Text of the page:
Lyttonsville is a Black neighborhood in Silver Spring that dates to the 1850s, and DC’s historically Black and affluent Gold Coast lies just across Eastern Avenue from Silver Spring. But like most of the Maryland and Virginia suburbs, the area was predominantly white and heavily segregated. Silver Spring had a concentration of jobs and shopping, growing housing stock, and access to transportation, but was largely off-limits to non-white people.
In the 1960s, Silver Spring became home to one of the region’s first integrated apartment complexes, and a subdivision a few miles away called Tamarack Triangle that intentionally welcomed Black homebuyers. But the area’s Black community was still small enough that comedian Dave Chappelle, who grew up here in the 70s and 80s, joked about how isolated he felt in a 2017 comedy special. Dry cleaner Samuel Myers, better known as Jim Dandy, is credited as the first Black small business owner in downtown, opening his shop in 1972.
By 1981, however, Washington Post reporter Keith Richburg called Silver Spring a “landing spot for a burgeoning Black middle class and the immigrants.” Another Post story in 1986 noted that 17 schools in Silver Spring and Takoma Park were at least 30% Black, twice the countywide rate. And in the 90s Prince George’s County, two miles to the east, emerged as the nation’s most affluent majority-Black county. This is pretty unusual: Rice University counts exactly 19 prosperous majority-Black zip codes nationwide, 11 of which are in the DC area. These comfortable Black communities form kind of a ring to the east of Silver Spring, stretching from eastern Montgomery County across Prince George’s south to Waldorf in Charles County, then looping back up through Wards 4, 5, and 7 in DC.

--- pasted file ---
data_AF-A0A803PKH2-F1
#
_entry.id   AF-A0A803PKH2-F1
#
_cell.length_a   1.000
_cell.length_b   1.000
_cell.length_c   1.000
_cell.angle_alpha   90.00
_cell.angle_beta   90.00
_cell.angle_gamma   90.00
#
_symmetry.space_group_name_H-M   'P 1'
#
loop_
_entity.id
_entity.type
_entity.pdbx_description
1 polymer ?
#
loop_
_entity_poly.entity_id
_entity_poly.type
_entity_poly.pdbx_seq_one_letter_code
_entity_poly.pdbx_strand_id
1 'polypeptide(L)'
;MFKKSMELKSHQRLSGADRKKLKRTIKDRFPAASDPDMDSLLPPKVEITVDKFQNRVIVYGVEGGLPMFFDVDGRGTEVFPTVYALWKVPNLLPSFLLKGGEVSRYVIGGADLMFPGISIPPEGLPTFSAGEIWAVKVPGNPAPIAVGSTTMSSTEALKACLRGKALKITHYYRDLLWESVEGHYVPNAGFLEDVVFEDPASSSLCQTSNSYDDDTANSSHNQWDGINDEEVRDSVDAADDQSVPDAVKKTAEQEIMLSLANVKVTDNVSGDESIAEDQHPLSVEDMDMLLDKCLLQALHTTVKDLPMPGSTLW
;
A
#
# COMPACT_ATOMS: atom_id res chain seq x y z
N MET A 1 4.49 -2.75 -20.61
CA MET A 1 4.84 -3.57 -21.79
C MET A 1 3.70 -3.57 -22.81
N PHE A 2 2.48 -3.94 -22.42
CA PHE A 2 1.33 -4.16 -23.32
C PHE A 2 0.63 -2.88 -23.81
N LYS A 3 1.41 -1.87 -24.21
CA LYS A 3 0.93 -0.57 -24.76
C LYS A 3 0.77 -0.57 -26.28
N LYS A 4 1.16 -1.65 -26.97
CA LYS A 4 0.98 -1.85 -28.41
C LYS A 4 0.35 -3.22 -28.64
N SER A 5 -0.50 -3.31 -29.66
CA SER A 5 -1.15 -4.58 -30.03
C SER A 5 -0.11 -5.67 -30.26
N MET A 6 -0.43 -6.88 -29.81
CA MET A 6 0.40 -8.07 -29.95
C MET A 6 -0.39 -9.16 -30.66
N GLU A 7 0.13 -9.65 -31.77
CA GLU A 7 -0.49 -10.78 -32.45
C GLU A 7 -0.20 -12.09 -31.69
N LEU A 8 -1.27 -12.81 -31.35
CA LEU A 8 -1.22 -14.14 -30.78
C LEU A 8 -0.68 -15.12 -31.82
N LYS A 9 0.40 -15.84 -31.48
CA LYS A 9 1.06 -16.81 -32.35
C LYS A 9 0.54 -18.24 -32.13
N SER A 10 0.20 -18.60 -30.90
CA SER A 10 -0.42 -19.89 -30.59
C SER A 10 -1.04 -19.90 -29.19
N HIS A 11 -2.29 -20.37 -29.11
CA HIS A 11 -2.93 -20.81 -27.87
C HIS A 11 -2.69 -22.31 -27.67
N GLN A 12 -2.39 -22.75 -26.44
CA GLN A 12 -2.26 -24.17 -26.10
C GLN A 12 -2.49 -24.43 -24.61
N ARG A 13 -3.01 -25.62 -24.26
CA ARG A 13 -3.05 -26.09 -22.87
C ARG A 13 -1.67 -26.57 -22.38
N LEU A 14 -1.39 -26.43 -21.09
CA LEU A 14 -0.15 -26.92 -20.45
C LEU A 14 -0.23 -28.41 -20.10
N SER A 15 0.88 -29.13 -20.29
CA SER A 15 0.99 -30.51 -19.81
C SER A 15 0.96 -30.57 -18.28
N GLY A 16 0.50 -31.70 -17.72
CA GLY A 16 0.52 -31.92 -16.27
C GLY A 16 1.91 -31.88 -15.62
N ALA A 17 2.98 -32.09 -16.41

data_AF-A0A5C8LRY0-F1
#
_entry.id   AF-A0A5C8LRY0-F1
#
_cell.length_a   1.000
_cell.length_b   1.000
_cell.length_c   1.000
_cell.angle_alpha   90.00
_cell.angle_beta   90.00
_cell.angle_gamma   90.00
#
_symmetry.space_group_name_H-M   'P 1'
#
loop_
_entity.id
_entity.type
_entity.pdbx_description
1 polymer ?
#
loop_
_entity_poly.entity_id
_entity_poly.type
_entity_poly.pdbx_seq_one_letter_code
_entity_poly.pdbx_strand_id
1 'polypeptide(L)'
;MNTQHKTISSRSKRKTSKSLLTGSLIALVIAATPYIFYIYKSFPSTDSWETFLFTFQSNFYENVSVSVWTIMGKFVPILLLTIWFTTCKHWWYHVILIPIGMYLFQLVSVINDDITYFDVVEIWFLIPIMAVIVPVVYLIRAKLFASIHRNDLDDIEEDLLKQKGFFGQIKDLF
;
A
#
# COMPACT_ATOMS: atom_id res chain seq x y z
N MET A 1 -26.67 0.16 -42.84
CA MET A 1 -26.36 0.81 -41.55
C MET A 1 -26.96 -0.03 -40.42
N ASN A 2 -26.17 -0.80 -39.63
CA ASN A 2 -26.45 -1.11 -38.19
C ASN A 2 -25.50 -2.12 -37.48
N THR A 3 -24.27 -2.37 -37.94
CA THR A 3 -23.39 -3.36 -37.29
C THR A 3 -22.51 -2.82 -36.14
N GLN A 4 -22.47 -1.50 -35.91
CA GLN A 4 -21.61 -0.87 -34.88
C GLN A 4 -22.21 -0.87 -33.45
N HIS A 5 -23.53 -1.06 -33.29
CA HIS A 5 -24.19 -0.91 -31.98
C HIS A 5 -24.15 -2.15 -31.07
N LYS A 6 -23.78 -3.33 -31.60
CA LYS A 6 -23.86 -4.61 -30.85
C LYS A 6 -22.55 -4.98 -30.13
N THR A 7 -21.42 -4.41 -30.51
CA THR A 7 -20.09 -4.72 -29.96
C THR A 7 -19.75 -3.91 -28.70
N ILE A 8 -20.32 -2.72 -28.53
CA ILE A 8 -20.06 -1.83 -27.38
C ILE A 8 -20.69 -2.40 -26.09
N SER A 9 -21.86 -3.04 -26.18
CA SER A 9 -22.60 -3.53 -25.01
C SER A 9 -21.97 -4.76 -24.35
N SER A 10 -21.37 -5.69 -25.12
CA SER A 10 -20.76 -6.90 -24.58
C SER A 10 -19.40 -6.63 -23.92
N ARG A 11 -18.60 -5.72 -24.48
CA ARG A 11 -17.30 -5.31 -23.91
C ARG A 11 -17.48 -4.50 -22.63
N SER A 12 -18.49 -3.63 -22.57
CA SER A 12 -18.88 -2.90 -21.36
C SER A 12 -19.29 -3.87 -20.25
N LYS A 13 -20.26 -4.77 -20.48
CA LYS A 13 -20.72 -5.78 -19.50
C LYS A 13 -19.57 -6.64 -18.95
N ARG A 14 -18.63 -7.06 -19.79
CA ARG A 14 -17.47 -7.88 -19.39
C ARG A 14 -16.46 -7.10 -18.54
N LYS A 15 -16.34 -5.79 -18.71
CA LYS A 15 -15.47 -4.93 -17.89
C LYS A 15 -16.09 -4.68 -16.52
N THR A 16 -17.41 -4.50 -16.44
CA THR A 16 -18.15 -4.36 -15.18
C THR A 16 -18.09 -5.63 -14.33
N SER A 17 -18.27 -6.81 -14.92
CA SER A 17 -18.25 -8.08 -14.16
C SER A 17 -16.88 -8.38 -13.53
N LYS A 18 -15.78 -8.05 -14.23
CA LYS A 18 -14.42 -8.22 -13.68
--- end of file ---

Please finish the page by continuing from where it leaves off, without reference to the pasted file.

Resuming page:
This presented an opportunity for businesses either for or by Black people. whether you’re Muhammad Ali trying to launch a chain of rotisserie chicken restaurants in 1994, opening a streetwear store named Ward 9, a nod to DC’s majority-Black suburbs, or launching the Black-owned media network TV One, which joined Discovery Communications in 2004 because of the area’s concentration of film production companies. In 1996, sisters Lene and Abeba Tsegaye opened Kefa Cafe, one of Silver Spring’s first Ethiopian businesses, which helped the area become a hub for the region’s Ethiopian community, the largest African immigrant group in the DC area.
Silver Spring’s bright but fragile relationship with Black businesses
A few years ago, researchers at George Washington University noted that Silver Spring has remained racially diverse despite redevelopment that in other parts of the region has been associated with gentrification and displacement. There hasn’t been a lot of research as to why this is, but Silver Spring’s hub of Black businesses is a big part—and is arguably the big story in the downtown area right now. If you don’t believe me, just look at the lines of people outside the bars on Georgia Avenue most nights.
But this is fragile. Research for the Downtown Plan suggests that the area’s Black population is decreasing. Meanwhile, some Black business owners say they weren’t consulted in the creation of the BID, and in response, state legislators are looking at ways to make it more inclusive.
So how can we ensure that Silver Spring’s role as a Black space gets the attention and support it needs? I’ll talk about that in part two.